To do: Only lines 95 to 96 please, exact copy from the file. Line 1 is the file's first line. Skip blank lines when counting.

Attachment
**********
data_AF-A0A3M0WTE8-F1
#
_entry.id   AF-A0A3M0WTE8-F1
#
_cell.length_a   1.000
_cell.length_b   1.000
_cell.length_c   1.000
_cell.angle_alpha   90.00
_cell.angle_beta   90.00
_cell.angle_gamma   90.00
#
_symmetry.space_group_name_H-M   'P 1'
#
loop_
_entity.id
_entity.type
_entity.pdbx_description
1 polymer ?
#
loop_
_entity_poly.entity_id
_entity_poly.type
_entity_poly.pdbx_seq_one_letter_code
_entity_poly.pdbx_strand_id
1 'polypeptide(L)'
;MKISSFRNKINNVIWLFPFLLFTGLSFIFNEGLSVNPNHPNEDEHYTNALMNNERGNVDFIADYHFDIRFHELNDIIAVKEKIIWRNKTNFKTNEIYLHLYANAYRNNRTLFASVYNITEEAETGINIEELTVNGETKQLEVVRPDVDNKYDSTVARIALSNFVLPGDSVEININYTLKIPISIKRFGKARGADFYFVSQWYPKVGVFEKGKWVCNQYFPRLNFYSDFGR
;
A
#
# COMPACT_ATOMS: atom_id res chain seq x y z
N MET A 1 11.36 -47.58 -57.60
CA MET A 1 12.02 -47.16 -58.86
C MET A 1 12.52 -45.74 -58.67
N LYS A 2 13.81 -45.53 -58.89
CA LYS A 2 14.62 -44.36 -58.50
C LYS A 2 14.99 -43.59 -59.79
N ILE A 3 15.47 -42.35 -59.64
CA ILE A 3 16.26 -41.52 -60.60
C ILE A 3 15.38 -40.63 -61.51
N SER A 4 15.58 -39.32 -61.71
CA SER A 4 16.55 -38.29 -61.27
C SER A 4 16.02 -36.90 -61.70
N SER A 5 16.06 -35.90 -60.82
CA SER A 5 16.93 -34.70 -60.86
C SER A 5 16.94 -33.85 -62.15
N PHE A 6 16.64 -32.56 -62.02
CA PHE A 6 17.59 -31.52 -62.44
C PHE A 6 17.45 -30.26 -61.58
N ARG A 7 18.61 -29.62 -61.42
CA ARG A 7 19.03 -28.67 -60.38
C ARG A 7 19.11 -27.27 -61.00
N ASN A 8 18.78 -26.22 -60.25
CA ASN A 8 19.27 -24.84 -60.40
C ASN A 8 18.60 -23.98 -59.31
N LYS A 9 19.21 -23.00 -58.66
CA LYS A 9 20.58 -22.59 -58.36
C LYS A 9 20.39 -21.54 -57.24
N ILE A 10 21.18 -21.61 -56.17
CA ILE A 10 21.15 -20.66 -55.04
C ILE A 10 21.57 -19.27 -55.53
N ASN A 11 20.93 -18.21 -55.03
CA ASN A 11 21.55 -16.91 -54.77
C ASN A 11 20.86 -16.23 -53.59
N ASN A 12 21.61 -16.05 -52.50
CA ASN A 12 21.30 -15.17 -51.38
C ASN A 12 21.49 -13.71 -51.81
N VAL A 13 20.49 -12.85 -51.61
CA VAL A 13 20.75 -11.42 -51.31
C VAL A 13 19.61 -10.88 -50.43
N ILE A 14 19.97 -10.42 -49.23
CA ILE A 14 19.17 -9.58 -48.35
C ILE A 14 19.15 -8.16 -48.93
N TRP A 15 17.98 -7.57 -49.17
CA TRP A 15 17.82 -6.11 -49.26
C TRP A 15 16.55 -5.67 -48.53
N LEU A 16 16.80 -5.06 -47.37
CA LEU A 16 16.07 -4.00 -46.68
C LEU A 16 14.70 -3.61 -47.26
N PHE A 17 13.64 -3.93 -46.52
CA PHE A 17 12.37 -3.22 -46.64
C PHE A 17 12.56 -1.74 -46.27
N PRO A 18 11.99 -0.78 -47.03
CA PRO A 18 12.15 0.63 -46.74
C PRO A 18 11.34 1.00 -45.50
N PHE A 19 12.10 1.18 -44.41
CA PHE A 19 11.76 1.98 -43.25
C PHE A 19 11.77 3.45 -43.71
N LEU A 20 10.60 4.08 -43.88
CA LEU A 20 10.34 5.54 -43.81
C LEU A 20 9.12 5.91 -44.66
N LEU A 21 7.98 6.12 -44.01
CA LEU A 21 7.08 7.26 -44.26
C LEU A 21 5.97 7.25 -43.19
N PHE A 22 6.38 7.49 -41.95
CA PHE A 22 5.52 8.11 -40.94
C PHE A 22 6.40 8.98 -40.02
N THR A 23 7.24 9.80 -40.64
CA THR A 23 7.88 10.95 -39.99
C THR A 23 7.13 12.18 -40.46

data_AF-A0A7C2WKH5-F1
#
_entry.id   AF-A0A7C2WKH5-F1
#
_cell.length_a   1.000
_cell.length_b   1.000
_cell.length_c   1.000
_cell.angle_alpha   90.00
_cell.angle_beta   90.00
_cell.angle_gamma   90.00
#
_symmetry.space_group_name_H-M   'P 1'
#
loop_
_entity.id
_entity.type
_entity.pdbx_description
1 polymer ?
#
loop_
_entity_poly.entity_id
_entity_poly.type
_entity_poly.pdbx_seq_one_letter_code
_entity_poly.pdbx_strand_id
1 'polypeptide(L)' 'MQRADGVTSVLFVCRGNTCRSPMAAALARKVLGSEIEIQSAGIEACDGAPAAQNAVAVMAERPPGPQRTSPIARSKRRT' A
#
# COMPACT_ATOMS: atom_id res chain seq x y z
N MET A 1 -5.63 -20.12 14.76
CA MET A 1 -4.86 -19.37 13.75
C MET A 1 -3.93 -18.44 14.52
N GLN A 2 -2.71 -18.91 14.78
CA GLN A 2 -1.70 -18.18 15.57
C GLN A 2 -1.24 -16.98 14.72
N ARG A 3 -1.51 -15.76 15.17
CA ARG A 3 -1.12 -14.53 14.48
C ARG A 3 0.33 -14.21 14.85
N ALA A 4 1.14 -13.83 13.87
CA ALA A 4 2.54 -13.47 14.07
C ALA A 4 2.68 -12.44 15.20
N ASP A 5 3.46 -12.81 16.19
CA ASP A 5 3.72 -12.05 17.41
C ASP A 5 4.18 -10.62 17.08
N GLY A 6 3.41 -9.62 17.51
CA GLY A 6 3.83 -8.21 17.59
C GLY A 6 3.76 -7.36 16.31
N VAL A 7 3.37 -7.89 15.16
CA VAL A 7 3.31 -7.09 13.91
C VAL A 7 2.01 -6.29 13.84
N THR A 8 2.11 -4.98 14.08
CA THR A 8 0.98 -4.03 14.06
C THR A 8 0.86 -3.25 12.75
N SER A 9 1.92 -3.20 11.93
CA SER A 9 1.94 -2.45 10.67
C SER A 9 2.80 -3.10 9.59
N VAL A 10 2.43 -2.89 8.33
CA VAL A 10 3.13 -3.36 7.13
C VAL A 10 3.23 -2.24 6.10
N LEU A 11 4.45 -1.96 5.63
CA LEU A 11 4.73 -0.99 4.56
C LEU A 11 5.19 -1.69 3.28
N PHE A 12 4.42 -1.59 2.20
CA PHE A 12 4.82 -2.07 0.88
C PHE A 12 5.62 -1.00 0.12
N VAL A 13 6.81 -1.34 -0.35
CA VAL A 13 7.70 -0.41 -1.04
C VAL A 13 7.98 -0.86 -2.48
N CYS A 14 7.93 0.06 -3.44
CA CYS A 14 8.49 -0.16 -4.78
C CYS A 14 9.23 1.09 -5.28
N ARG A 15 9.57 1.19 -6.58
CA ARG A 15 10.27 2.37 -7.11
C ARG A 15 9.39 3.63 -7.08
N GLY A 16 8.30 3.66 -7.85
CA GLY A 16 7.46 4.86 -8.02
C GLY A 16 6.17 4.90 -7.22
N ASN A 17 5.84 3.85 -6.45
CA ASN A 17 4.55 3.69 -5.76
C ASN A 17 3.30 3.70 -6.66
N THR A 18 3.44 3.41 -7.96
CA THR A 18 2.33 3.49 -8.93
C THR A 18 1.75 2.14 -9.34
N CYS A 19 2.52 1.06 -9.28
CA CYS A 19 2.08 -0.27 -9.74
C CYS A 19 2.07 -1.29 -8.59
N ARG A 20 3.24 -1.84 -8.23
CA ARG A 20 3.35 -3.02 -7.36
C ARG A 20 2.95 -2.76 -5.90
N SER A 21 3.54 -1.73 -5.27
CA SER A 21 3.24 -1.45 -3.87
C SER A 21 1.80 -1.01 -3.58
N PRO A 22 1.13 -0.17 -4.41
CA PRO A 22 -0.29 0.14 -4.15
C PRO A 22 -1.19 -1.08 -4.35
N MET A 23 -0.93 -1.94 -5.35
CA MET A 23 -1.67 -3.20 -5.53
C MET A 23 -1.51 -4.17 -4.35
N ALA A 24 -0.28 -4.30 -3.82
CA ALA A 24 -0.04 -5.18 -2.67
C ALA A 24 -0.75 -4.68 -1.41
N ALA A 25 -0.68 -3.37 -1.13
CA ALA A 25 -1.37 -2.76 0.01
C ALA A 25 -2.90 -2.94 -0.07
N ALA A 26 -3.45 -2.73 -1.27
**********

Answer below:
CA PHE A 22 5.52 8.11 -40.94
C PHE A 22 6.40 8.98 -40.02